Dustin Harbin joins me for a conversation about Batman Year One, by Frank Miller and David Mazzucchelli. Full disclosure, I went into this pick totally wanting to hate on it and hate on Frank Miller, but I have to stay honest (that's the TCJ Talkies Code) and admit this book is still a solidly satisfying read. That doesn't mean Dustin and I didn't indulge in plenty of Real Talk though, don't worry.
David Mazzucchelli's art is immensely pleasurable in this book. Here's a nice panel that shows what purpose Batman's cape serves. Realism.
"Jefferson Skeevers" is a strange-sounding name. I looked up online how many people in America have the surname "Skeevers" and the answer was none. But, it sounds like "skeevy" doesn't it? As in, "those skeevy lowlifes."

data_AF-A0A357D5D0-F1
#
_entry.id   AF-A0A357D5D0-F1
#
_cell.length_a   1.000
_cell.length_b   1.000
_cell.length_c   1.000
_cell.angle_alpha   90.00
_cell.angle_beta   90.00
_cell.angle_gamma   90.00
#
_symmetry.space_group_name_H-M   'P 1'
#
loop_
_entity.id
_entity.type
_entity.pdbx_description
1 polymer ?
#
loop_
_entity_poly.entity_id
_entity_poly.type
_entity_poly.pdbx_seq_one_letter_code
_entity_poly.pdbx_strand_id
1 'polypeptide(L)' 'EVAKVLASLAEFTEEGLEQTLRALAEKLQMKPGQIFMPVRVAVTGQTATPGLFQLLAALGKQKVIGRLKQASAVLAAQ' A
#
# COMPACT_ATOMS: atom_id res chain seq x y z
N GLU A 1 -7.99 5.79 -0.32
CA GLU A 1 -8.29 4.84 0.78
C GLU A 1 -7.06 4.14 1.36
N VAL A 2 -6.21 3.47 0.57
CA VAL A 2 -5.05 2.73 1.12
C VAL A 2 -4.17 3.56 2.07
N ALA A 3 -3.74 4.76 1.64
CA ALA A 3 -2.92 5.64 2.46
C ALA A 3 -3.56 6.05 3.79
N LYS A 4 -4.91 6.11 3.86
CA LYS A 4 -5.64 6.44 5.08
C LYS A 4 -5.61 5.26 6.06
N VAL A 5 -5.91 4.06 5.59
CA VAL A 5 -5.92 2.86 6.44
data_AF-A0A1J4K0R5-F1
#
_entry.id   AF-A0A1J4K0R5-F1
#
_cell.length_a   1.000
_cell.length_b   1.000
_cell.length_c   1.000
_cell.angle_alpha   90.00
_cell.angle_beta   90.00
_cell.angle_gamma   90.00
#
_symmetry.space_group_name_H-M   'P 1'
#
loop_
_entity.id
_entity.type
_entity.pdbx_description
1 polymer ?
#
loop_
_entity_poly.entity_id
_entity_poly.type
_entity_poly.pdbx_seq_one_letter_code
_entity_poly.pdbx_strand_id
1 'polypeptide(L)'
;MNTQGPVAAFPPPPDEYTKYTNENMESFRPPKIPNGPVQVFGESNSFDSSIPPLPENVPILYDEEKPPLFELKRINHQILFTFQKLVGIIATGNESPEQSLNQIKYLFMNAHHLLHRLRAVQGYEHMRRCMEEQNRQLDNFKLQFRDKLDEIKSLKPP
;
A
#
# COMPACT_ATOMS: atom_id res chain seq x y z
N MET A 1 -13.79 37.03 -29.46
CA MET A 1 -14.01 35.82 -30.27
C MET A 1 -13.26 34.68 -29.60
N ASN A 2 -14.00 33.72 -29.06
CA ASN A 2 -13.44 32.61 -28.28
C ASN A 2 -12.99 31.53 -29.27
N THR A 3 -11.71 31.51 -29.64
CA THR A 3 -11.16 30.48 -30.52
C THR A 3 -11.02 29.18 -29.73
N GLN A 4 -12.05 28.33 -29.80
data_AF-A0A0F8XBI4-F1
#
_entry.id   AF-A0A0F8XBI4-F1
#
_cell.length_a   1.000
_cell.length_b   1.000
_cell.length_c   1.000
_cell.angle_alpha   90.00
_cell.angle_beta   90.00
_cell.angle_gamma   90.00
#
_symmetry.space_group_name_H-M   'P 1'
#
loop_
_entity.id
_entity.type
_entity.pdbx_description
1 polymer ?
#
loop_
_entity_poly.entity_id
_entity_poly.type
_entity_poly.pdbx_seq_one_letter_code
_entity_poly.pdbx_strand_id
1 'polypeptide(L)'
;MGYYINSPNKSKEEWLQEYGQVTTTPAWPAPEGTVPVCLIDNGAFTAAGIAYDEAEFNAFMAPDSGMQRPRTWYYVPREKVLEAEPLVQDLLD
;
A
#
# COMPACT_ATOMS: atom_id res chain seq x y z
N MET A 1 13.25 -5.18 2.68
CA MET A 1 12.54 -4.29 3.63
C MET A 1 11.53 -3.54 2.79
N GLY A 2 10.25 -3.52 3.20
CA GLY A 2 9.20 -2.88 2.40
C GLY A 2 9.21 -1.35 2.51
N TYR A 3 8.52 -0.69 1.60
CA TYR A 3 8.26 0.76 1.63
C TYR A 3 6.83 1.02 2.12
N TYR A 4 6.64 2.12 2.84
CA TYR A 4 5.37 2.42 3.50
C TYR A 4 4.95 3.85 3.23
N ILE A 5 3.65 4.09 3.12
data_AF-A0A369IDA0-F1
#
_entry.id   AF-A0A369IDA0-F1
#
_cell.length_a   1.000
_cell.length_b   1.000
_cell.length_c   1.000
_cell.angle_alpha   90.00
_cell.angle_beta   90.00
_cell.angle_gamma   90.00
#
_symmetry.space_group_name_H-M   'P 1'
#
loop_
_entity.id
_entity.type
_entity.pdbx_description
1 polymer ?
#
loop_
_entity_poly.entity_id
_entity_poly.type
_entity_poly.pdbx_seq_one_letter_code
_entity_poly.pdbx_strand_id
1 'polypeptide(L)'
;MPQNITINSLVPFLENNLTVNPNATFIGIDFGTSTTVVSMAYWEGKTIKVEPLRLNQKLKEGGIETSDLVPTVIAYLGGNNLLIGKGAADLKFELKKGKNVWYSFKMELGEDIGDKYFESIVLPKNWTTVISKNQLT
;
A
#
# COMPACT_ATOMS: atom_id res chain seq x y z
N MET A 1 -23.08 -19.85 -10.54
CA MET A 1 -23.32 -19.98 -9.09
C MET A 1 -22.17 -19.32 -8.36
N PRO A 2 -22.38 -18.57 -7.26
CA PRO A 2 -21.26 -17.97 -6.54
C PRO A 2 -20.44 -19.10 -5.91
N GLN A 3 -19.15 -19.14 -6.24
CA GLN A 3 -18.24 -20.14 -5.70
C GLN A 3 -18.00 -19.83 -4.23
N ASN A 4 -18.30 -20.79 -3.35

A panel from an afterword by David Mazzucchelli ruminating on whether or not it was such a great thing to be part of the "comics aren't just for kids anymore" movement as it pertains to superheroes. These comics still are for kids. Just big ones who are also old.
Speaking of realism, I don't think a bat could smash through a window. I think more likely, Bruce Wayne would be sitting in his chair and all of a sudden hear a sickening *dunk!* sound, and have to go outside to see if the bat was still alive.
Dustin Harbin is a cartoonist and illustrator who lives and works in North Carolina. He’s best known for his autobiographical comics, as well as many, many illustrations of people and animals, often mixed and matched. His new book, Diary Comics, is published by Koyama Press.